Fortnite firecracker

Epic can’t win: catering to competitive vs casuals

Fortnite esports seemed like the next big thing back in the World Cup days.

It's since fallen off, but still has substantial viewership whenever a new FNCS competition goes live.

The same can be said for the casual side of the game. There are as many pub-stomping players as ever, but a lot of the bots have left for other titles.

Epic Games

Casual vs Competitive

A lot of game devs need to balance the casual and competitive side of their titles, but Fortnite might be in the most difficult position of them all.

After all, Fortnite bills itself as the goofy, cartoonish, ever-evolving Battle Royale experience that should be - in theory - casual-friendly.

At the same time, as competitive players get more advanced, they seem to want as little change as possible so they can master the existing mechanics.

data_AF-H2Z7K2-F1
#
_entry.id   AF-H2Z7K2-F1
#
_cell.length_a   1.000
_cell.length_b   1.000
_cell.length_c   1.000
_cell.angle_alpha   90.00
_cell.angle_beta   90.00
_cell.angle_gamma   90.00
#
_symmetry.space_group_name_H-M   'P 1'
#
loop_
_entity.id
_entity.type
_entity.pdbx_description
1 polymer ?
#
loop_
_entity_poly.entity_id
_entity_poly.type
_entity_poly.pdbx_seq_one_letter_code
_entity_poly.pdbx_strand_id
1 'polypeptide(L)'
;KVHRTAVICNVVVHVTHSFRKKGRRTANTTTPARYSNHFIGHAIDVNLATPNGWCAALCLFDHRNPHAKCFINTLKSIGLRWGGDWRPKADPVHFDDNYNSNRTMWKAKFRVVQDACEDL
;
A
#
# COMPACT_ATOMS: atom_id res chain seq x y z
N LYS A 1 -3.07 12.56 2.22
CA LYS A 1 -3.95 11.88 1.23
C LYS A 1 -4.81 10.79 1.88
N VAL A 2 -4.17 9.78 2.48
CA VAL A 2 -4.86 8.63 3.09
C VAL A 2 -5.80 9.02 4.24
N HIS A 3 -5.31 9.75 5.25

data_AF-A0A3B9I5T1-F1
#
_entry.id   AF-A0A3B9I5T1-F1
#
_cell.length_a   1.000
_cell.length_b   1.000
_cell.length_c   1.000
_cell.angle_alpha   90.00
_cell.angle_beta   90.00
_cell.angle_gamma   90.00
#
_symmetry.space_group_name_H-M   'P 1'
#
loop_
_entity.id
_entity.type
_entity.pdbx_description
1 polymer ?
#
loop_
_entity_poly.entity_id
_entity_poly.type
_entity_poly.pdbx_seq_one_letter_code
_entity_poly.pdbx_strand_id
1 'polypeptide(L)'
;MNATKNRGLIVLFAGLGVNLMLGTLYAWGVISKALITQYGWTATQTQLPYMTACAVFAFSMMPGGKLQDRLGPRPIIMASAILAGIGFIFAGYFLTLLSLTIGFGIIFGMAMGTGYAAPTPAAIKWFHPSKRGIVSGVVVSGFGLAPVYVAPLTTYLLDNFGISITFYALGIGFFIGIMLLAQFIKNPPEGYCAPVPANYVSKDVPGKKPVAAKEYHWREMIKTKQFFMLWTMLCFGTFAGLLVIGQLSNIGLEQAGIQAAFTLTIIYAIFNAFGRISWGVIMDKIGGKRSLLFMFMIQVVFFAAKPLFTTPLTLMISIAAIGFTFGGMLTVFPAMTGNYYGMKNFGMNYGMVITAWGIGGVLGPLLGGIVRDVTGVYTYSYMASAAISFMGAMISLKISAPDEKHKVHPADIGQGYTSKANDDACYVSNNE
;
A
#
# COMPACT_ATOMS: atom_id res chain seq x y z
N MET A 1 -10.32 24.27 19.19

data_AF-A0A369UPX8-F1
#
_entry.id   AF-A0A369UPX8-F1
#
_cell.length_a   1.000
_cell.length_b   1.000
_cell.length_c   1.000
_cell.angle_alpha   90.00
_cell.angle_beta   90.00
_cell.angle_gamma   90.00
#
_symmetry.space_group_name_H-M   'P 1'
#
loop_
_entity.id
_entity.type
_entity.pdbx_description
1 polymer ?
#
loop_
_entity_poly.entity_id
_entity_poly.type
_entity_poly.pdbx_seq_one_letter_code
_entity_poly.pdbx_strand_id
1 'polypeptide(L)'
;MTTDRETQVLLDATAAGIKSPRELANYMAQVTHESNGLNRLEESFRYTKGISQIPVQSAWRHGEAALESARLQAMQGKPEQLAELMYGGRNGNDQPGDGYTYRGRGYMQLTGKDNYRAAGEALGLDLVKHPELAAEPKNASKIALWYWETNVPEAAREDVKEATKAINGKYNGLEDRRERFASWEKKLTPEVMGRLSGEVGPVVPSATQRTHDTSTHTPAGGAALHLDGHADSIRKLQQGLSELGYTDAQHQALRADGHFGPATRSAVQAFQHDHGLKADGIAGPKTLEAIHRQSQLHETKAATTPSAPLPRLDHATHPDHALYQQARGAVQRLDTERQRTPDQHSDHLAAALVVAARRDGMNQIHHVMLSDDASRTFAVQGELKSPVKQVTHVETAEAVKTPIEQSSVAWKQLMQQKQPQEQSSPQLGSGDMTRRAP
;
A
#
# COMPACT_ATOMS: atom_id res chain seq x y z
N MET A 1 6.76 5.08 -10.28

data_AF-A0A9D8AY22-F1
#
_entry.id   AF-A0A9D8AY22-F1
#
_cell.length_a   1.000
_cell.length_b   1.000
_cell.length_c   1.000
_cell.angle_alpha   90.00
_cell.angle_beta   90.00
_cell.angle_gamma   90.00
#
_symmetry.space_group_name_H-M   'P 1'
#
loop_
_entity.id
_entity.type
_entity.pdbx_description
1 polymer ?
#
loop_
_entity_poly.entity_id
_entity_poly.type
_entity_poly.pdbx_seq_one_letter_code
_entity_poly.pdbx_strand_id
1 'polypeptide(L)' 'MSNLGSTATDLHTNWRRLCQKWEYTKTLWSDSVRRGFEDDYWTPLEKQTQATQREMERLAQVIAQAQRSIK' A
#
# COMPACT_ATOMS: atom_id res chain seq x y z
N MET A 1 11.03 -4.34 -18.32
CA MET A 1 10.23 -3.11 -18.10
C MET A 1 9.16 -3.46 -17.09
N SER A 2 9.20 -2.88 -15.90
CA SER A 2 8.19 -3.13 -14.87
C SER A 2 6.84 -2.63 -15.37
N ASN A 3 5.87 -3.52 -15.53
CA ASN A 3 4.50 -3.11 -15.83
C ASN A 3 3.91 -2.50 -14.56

Fortnite commentator, AussieAntics, outlined this problem on Twitter, where he acknowledged that Epic are in a lose-lose situation.

Epic Games

Chapter 1 Season 1 is a perfect example of this problem. It was the most boring season in the history of Fortnite, but competitive players loved it.

This season, we might have the opposite problem. The map has changed a lot already, and will likely change again before the FNCS ends.

Pro players have their rotations down to a science, and a POI update can completely change the game for them.

Epic Games

To be fair, Epic used to be a lot worse at this.

OG Fortnite fans will remember that Epic released a patch in the middle of a major tournament more than once. The World Cup even spanned three seasons of the game.

I don't have a solution to this problem, but Epic should be working on one.

Do we have a static competitive map that never changes?

Do we completely split the loot pool from each mode?

Each solution brings its own set of problems, but the current state of competitive Fortnite certainly needs some tuning.